We approach wall number two. It’s somewhat lower, but smother and steeper. Another superhuman moment, but I get over it. Finally, we’re at the cave. Danila removes the metal plate covering the entrance, hands out our headlamps, and we go in. Initially it’s a cave like any other – pretty entrance hall that gets more and more narrow until you’re crawling on your stomach and eventually reach something I’d call The Tight Place.
Our guide goes first, I’m next. Seeing the little man barely squeezing through, I announce that I’m definitely getting stuck there. “Ah, come on, fatter people have made it, let’s go!” You start with putting in your outstretched arms, then proceed to imitating an earthworm to make your shoulders and (my biggest challenge) hips go through. But miracles do happen, and after a while of twisting and turning I slip out the other end. The next hole goes straight down, and jumping in it brings you to the second hall. That’s where we all meet – dirty, exhausted, with shining headlights and eyes.
To get to the third hall, another Tight Place awaits. I’m about to crawl in it, but change my mind spontaneously. My leg’s in cramps. If the guide pulls me by my outstretched arms, my previously twisted shoulder could be dislocated again. And if I exhaust myself any more, I might not have enough stamina to get back down the cliffs. I tell the guys to go on without me, I’ll wait here and relax.
Making sure I’m dead serious, they instruct me to stay put, and one by one disappear into the tiny hole. I’m left alone in the dark with a photo camera, and a mobile phone much brighter than the slowly fading headlight. I quickly drop the idea of returning alone – even though I’m pretty good at finding my way in caves, right now, in darkness and solitude, all of them look alike, and getting lost in a remote hole would be pretty dumb. I sit on a comfy ledge (probably a million years old stalagmite) and pass the time taking photos. Then I turn off the camera, the headlight, and hide the phone.
Suddenly it’s dark and quiet. But not the regular kind. Absolute dark, absolute quiet. Panic arrives first. What if something happens to them? What if they leave via a different route? What if I’m lost already? Totally irrational thoughts. After hanging on a while and seeing it won’t work, panic spits on the ground and leaves.
The Cosmos comes next. Peace. Time stops. All and nothing happening simultaneously. You are all and nothing. You are the darkness, you are the quiet. Then song arrives. Out of nowhere, someone starts singing “Pūt, vējiņi” in my voice, filling the space with vibrating sound. The vibration is you. Other sounds respond to my call, and I hear the boys returning in the distance.
We meet, but not in the same dimension. I hear what they’re saying only partly – it’s good I stayed, it was so narrow, Ivars’ pants came off squeezing through a hole and barely getting his hips through (mine wouldn’t have any hope). Suddenly Ivars is talking very fast about fear, heights, claustrophobia, and overcoming one’s self. “The cosmos, the cosmos,” he keeps repeating. I get it, and I don’t. They show me impressive photos from the last hall. I see them, and I don’t. Half of me is still in the dimension of quiet and does not want to return. I’m more than certain I had to stay here alone – that was the very moment I climbed these cliffs for.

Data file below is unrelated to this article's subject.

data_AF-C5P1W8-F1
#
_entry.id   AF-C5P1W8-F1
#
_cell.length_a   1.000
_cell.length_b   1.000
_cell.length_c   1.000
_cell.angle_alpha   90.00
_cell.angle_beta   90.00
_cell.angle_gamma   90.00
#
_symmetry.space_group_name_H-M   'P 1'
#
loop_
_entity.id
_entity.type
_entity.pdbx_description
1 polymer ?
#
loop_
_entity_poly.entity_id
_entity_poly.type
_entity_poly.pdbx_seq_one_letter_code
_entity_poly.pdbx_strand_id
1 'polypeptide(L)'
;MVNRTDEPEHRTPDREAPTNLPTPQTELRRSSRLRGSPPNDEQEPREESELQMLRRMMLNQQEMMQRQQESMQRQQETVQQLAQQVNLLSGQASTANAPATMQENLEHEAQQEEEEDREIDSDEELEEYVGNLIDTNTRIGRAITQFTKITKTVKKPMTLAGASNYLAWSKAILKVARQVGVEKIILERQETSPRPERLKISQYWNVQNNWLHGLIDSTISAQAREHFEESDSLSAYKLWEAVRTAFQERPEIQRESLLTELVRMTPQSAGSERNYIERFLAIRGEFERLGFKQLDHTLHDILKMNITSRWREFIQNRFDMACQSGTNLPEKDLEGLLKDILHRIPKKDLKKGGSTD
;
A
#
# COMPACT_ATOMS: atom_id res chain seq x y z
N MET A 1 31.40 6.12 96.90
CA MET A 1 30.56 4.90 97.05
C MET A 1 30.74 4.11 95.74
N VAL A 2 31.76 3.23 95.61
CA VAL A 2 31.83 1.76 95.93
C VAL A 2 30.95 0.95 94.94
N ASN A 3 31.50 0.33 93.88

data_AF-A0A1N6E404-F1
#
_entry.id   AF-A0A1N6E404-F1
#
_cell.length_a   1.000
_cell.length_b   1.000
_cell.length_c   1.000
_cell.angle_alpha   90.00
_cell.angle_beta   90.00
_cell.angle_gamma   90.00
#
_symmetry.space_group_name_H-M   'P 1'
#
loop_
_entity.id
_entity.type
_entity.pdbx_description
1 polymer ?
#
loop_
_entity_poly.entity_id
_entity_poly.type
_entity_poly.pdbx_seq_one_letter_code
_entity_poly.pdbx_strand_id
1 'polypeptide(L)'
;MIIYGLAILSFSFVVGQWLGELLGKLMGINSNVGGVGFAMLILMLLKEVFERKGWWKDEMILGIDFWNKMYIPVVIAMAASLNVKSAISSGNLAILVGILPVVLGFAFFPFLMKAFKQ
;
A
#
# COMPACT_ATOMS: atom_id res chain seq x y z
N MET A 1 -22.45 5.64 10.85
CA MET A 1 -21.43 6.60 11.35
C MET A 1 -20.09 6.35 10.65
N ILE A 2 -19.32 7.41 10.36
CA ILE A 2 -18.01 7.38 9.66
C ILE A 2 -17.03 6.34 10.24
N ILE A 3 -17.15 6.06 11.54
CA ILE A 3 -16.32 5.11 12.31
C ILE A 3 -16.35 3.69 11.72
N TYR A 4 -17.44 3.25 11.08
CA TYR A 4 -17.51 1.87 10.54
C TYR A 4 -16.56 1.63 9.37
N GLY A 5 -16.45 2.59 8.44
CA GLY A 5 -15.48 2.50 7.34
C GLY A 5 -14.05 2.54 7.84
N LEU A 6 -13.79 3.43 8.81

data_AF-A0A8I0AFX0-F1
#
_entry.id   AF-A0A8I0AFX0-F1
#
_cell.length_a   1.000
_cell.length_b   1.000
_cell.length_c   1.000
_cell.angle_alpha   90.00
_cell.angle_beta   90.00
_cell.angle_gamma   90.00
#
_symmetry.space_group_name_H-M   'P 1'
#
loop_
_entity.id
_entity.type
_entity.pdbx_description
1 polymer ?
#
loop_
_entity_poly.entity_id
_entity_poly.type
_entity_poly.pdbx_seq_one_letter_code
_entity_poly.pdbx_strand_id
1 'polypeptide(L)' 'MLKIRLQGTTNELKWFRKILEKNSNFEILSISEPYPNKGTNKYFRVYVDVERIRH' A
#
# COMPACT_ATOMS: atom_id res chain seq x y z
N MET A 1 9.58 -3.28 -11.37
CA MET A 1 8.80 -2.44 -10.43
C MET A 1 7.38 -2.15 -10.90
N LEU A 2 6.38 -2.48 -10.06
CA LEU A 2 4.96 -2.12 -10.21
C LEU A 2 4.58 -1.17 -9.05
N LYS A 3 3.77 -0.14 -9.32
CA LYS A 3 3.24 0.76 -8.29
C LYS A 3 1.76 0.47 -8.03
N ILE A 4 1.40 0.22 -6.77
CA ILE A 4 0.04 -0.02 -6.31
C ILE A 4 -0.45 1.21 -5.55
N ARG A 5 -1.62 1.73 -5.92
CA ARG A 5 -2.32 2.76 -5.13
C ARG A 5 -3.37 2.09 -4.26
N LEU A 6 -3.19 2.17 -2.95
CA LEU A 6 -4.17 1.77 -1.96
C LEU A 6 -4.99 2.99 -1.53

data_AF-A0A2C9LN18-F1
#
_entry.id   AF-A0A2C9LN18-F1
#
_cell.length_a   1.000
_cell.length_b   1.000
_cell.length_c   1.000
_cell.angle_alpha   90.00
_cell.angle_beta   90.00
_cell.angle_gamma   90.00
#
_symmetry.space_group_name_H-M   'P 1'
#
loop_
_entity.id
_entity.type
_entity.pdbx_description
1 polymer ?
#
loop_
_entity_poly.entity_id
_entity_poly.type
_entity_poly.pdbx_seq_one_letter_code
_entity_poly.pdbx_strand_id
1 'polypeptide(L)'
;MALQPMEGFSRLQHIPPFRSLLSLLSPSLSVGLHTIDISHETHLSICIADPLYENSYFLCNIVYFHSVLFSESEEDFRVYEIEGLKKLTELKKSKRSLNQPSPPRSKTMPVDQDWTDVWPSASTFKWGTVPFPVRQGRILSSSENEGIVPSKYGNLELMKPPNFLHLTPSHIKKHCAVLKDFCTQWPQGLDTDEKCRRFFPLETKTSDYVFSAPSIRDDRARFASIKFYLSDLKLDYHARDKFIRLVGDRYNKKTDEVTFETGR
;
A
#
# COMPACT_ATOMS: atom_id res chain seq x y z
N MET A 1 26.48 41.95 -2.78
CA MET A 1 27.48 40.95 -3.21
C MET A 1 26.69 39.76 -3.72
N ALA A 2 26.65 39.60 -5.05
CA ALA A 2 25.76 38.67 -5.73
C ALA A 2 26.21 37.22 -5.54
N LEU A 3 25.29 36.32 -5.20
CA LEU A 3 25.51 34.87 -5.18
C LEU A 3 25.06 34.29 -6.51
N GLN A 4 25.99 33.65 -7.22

But we do need to go back, so I disrupt my own reverie and push myself through The Tight Place once again. The previous fall now turns into a climb. You’re standing in a slippery hole, and you have to get up. After five minutes of struggle I do get my body to the top, twisted in a weird angle. The rest is a piece of cake. We are so dirty we don’t bother about it anymore. We greet the daylight with true joy and pride in each other. We’re covered in mud, with bruised hands, elbows, and knees.
The boys confess that panic sneaked up on them too, in different situations. Being outside, they’re delighted about the adventure. I’m still reserved because I’m thinking about the way back – will getting down be harder than coming up? Luckily, it turns out to be much easier. Relaxing your body in the right position, all you have to do is let the rope slide through your fingers. I’m even able to look at Ilya and smile for a photo. The second wall is effortless too, and it’s all downhill from here. My mind and body calms down. This is a real “here and now” exercise – you focus only on the next step. Bump, hand, crack, foot. Three points of support, and a constant search for the fourth one.
On the bottom of the hill there is a half-open metal gate. On our way up, we had to squeeze ourselves through, now we pass without touching it. The gate hasn’t moved an inch, but has become wider. That’s what I think, walking through it. Ilya thinks the same. Ivars thinks the same. We’ve all become a little wider after this day.